There are many highly skilled artisans around the globe who are unable to achieve their economic and creative potential due to logistical constraints

Alina Zaman
Alina Zaman

One of the key components of the IGA program at HBKU is the integrated lab (I-Lab) research which focuses on a complex global issue and requires collaboration with an international organization to produce research and a solution that can be applied in the real world.

Zaman’s I-Lab project initially focused on Islamic Relief Pakistan, with the support of Dr. Hany El Banna, the Founder of Islamic Relief, her I-Lab project then grew into Qatra, a nonprofit startup.

“Based on Dr. El Banna’s suggestions, my colleague and I decided to conduct our study to explore how Islamic Relief Pakistan is using its vocational training skills programs to empower widows.”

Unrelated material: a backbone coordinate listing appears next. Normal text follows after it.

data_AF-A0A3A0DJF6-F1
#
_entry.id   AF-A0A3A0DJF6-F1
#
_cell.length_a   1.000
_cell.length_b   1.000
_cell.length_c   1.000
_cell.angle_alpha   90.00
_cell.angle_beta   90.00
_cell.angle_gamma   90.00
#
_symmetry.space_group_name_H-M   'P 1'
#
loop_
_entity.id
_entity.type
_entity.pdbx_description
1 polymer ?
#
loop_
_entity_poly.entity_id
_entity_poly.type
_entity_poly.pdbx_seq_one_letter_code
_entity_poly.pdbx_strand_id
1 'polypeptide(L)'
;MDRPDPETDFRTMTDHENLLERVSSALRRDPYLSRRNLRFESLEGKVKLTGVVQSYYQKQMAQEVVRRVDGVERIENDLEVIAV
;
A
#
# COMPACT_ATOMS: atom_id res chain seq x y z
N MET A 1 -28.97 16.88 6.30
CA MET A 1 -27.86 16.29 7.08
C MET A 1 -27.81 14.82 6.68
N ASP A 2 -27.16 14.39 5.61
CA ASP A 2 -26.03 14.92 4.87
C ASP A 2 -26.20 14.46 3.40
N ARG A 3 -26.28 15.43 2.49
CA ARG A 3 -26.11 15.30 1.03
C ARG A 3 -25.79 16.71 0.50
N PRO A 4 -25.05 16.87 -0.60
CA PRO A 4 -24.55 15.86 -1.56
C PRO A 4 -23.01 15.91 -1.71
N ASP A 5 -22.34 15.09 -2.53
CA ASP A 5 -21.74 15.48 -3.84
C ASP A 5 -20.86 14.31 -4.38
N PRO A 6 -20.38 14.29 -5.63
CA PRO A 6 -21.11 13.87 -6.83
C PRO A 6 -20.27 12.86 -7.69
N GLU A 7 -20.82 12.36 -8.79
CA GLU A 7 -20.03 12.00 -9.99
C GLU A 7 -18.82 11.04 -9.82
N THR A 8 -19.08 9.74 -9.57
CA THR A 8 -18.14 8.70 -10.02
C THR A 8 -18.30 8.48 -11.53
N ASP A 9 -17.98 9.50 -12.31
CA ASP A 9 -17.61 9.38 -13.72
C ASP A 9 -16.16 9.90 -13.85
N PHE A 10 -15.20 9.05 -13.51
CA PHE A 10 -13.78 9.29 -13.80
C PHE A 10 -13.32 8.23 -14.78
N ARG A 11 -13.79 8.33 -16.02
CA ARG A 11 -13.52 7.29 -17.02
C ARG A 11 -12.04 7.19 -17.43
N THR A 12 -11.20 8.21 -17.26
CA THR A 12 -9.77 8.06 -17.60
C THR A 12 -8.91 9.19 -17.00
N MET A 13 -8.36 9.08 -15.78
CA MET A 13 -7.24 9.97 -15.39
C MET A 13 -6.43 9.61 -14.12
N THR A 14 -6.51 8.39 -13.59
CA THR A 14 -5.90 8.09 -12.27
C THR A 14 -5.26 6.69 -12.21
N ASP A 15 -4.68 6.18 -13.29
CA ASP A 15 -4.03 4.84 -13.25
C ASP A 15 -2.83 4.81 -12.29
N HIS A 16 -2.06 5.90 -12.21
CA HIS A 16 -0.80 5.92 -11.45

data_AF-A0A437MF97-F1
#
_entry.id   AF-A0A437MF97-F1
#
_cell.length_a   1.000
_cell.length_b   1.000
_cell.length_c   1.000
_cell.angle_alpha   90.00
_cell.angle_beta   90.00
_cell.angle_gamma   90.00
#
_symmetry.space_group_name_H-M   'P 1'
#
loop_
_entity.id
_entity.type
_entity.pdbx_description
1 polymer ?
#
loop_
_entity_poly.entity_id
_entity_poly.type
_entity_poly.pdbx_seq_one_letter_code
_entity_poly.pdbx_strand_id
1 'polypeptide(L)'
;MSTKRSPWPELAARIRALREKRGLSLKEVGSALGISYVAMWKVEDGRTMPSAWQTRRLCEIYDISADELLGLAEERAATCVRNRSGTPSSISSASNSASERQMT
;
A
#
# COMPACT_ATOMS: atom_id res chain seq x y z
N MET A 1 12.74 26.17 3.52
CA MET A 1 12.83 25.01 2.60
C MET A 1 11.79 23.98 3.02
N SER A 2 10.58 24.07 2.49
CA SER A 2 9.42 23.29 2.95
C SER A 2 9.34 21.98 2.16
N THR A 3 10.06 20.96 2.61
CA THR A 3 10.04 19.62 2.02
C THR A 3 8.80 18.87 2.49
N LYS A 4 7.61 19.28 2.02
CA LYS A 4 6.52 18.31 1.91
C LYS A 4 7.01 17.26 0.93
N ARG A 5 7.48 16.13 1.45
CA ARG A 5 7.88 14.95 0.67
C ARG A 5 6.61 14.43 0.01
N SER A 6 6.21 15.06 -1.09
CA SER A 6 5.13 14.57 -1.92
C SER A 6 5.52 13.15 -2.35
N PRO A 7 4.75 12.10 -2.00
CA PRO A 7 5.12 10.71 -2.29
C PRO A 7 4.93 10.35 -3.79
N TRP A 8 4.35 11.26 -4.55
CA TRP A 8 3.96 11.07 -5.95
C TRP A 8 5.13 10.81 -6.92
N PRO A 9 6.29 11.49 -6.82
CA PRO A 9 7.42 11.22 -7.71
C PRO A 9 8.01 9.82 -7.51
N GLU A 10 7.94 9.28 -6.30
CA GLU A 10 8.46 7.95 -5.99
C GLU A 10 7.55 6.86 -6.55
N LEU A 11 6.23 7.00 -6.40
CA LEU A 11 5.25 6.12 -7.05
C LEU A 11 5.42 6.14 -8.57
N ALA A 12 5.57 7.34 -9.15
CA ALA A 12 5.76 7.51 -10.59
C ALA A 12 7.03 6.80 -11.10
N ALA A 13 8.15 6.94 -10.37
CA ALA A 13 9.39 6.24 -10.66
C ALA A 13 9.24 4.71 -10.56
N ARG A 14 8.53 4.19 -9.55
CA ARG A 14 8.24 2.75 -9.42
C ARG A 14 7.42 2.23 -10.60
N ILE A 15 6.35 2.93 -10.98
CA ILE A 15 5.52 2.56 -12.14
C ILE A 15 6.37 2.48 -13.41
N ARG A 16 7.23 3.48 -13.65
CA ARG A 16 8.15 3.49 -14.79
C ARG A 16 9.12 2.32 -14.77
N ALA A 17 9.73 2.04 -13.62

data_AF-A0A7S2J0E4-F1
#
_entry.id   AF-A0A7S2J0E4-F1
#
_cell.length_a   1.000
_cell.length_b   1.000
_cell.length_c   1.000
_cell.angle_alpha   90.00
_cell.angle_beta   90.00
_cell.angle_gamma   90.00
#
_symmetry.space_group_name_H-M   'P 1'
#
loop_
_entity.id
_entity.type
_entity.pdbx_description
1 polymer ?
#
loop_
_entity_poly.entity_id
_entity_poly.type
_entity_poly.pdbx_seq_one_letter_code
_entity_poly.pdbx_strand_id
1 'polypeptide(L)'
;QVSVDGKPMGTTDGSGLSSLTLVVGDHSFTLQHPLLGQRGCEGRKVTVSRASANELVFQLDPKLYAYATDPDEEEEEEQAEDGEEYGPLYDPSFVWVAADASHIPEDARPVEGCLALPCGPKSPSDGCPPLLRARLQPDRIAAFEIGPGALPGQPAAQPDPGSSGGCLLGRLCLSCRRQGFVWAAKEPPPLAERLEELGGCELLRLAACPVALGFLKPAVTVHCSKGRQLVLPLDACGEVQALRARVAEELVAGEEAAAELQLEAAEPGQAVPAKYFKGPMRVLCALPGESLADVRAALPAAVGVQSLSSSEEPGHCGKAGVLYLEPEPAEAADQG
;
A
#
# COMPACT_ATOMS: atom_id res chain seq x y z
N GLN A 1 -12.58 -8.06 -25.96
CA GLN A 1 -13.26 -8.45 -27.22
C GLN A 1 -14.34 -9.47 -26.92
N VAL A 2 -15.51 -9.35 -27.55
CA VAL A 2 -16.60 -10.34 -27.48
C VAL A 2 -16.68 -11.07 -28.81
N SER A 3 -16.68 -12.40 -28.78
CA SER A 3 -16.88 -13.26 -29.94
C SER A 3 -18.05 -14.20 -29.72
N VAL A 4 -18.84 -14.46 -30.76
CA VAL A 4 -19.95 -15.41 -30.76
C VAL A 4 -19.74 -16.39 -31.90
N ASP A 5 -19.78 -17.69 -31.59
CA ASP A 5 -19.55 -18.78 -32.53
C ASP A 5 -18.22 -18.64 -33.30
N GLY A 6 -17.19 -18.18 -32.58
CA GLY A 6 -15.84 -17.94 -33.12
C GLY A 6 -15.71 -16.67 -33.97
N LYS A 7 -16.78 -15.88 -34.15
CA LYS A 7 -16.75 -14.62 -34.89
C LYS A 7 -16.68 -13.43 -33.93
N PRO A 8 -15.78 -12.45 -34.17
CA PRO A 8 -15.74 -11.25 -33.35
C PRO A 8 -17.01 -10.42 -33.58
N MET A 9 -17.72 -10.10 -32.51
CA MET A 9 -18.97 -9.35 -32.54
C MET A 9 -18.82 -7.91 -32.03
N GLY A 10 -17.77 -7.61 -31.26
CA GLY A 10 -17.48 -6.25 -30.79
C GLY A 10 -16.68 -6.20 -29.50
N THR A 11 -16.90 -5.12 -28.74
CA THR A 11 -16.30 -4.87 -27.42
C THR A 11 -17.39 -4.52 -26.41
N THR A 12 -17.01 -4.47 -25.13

During her field work, Zaman discovered that women received training in one of three areas: stitching, embroidery or beauty services. After completing their training, women were given financial support to begin earning a sustainable livelihood, either by starting a home-based business in one of these areas, or by working in a production unit facilitated by an NGO.

According to Zaman, the main outcome of the I-Lab research project was the development of a women’s empowerment model focused on three key elements: a rural participatory approach, self-help groups, and sustainable development.

“While visiting the center for embroidery stitching, I talked to one of the widow artisans named Nazish. She voiced her desire to sell her embroidered dresses to an international market, but stated that she did not have the required marketing knowledge and technological skills, or a reliable mediator who could assist her with accessing international markets.